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Chefs of the future: careers in the catering industry

Only one third of people have admitted that they only work in the catering industry because they are passionate about…

Chefs of the future: careers in the catering industry

20th May 2019


Only one third of people have admitted that they only work in the catering industry because they are passionate about the sector. But, what makes this industry an attractive one to work in and what is recruitment currently like in the sector? We’ve teamed up with the Hog’s Head Inn, a modern country pub in Seaham, to find out more:

What is the main appeal?
A career in catering can work out brilliantly for many people. It can bring flexible working hours, job security and an attractive salary. Many hotels in Alnwick appreciate this, with employees working the hours that suit their lifestyles best.

Even during unpredictable times, the catering industry has emerged strong. In fact, 61% of catering professionals found no change in footfall since Britain’s decision to leave the EU.

Statistics from IBISWorld, market research specialists, found that between 2013 and 2018, the catering market experienced a 1% growth, with a current employee headcount of over 28,000. According to the British Hospitality Association (BHA), the market is predicted to continue growing at an annual rate of 1.9% until 2020. They determined that the sector was labour-intensive rather than capital-intensive, meaning it relies on its staff to operate effectively — great news and job security for those who are part of it.

Data analysed by Job site, CV-Library from the period 2018— 2017 determined that catering salaries were rising across the UK, and the average rate in the catering sector was up by 2.8% to £24,570.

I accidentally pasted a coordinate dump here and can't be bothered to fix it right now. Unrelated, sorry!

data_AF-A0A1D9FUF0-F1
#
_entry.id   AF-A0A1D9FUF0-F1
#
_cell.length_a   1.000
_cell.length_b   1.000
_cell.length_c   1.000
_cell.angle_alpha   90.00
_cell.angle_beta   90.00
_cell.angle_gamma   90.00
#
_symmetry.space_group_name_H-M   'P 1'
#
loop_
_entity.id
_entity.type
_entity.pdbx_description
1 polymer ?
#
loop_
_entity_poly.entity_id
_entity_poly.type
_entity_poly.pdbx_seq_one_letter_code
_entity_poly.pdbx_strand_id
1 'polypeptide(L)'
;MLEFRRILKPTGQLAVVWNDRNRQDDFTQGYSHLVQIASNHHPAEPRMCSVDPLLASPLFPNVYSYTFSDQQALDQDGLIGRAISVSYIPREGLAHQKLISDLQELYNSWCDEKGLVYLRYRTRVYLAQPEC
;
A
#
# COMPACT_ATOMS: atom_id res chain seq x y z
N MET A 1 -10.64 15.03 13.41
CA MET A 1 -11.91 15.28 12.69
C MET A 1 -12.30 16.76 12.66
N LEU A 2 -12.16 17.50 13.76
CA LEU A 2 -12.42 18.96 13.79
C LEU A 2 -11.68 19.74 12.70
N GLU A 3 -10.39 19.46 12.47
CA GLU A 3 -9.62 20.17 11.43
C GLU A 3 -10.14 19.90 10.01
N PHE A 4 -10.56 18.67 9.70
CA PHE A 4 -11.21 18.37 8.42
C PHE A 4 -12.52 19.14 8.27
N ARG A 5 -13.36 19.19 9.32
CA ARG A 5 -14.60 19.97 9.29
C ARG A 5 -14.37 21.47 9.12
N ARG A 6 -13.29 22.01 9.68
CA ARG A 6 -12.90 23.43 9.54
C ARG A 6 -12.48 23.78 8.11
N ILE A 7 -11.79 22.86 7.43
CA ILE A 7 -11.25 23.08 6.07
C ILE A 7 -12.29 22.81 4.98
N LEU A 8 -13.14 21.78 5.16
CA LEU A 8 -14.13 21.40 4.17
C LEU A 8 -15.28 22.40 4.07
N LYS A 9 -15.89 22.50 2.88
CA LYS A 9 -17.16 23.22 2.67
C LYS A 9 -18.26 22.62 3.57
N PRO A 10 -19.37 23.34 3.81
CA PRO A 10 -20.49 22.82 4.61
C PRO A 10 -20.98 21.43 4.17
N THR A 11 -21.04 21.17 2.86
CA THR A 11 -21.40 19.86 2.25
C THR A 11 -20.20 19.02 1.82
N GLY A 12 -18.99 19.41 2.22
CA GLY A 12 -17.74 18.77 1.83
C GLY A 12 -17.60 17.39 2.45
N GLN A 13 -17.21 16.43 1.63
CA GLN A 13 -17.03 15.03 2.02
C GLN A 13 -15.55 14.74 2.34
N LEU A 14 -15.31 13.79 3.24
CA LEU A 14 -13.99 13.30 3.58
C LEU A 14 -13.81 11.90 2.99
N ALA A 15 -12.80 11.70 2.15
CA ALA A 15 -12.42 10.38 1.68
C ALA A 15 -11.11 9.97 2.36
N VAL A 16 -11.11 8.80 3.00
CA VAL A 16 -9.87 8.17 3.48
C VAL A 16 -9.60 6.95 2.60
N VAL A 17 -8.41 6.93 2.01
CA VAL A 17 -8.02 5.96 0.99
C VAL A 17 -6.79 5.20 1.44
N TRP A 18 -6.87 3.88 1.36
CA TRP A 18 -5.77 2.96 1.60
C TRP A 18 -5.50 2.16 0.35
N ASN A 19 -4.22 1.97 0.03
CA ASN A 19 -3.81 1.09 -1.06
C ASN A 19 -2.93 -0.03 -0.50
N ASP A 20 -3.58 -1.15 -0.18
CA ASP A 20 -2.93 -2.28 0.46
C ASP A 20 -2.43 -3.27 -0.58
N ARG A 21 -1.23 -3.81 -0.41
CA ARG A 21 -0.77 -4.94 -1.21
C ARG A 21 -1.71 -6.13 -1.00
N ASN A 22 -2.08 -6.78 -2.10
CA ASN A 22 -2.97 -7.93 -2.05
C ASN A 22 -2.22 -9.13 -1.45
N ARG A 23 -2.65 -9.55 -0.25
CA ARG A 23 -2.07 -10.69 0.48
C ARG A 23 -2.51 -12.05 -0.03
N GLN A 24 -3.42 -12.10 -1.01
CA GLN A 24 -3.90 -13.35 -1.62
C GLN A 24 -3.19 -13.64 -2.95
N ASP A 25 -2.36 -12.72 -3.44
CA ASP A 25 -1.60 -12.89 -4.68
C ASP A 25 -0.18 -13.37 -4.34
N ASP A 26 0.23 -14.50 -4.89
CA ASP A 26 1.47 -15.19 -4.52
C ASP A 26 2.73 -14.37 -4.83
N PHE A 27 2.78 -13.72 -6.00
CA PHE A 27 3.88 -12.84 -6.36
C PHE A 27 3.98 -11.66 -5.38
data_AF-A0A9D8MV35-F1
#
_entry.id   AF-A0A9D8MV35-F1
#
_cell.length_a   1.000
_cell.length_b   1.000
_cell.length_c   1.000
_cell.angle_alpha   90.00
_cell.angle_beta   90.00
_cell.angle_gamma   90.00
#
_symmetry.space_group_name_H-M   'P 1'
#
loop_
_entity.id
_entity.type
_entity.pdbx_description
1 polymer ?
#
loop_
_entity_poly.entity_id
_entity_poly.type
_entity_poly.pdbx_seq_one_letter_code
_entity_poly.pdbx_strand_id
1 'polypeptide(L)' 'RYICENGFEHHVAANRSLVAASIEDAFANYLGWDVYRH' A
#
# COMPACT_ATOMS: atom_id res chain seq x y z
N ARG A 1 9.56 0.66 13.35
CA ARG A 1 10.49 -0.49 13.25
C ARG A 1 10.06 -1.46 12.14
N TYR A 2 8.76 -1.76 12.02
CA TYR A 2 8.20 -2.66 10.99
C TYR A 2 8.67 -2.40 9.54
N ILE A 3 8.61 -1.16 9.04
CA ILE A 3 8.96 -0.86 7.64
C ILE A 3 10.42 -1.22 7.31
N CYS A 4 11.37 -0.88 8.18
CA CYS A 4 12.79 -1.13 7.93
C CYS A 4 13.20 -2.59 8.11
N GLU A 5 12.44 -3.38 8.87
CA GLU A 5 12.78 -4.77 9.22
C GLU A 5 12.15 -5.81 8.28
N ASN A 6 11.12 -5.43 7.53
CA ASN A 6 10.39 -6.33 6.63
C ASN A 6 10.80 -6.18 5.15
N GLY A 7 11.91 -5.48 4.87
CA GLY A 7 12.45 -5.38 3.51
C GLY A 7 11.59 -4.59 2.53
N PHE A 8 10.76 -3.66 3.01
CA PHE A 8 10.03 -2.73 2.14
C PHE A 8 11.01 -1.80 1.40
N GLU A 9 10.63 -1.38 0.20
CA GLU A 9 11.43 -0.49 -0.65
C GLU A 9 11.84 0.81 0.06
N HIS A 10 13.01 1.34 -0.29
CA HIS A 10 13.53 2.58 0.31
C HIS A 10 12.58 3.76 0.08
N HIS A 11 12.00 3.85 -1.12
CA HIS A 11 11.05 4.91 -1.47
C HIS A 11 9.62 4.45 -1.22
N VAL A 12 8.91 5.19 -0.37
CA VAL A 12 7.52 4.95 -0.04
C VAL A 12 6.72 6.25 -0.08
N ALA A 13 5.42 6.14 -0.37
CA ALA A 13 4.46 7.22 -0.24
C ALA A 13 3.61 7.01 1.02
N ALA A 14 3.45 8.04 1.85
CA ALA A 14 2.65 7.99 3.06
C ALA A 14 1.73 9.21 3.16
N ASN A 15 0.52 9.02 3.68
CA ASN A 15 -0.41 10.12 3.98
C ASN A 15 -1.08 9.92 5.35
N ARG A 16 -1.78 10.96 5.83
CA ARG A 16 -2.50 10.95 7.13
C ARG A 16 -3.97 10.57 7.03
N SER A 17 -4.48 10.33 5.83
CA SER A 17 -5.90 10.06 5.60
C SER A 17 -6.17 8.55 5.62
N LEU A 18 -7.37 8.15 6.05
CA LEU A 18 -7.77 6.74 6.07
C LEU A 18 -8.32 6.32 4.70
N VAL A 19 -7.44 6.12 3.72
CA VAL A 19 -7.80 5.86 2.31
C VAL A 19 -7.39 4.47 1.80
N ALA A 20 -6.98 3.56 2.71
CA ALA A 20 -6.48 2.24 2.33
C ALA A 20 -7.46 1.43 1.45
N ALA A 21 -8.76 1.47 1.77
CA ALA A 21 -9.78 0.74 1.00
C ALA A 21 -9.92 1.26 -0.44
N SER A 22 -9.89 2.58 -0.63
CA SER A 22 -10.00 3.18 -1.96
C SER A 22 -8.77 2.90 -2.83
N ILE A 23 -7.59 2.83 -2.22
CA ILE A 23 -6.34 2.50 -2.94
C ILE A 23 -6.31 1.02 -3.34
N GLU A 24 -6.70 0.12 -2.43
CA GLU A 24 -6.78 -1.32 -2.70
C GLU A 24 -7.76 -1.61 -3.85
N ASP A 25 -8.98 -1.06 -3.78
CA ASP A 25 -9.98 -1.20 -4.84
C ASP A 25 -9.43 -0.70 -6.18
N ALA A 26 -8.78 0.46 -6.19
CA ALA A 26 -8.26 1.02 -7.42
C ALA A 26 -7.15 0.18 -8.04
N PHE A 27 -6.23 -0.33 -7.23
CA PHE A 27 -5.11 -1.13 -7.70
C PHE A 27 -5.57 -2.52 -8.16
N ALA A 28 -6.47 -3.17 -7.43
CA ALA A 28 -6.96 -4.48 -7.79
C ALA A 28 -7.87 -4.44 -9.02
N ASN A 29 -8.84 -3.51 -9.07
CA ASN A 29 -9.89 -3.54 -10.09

Long hours are countered out by flexible shifts, which adds to the appeal for many. For example, shifts can often be swapped to meet personal errands and people can often choose between day and evening shifts. Max Moran, a freelance chef from Derby, said: “I enjoy my flexible career as a freelance chef, the money is good and the ability to pick where and when you work really suits my lifestyle.”

A breath of fresh air
There is no single route in to catering nowadays, and there are multiple career paths for prospective recruits to follow.

The age-old tradition of working up the ranks still exists, showing that traditional career progression is still possible. Casual Dining Group, for example, partnered with Remit Training in 2016 to deliver apprenticeships to its restaurants, focusing on servers, chefs and managerial positions.

Lake District Hotels, a hotel group in Cumbria, launched their initiative ‘Hotel Academy’ in April 2018, to train aspiring chefs and practise fine dining. This academy includes a one-year programme with guaranteed employment and accredited qualifications. These aren’t standalone exceptions either, people are realising the potential in the catering industry. It’s clear to see that more is being invested in talented young people who have an interest in progressing in the market.

Vocational courses related to catering are also thriving in colleges across the nation. Often, students can showcase their skills to the public with dining school restaurants, giving them a taste of what catering work is truly like.

The catering industry is certainly here to stay. It offers a strong sense of job security for those who are part of it, due to its steady market growth and increase in average salary. New opportunities and investments in young people mean that the sector is becoming more accessible for those who may not have considered this type of role until now.



Categories: Articles, Creative, Training

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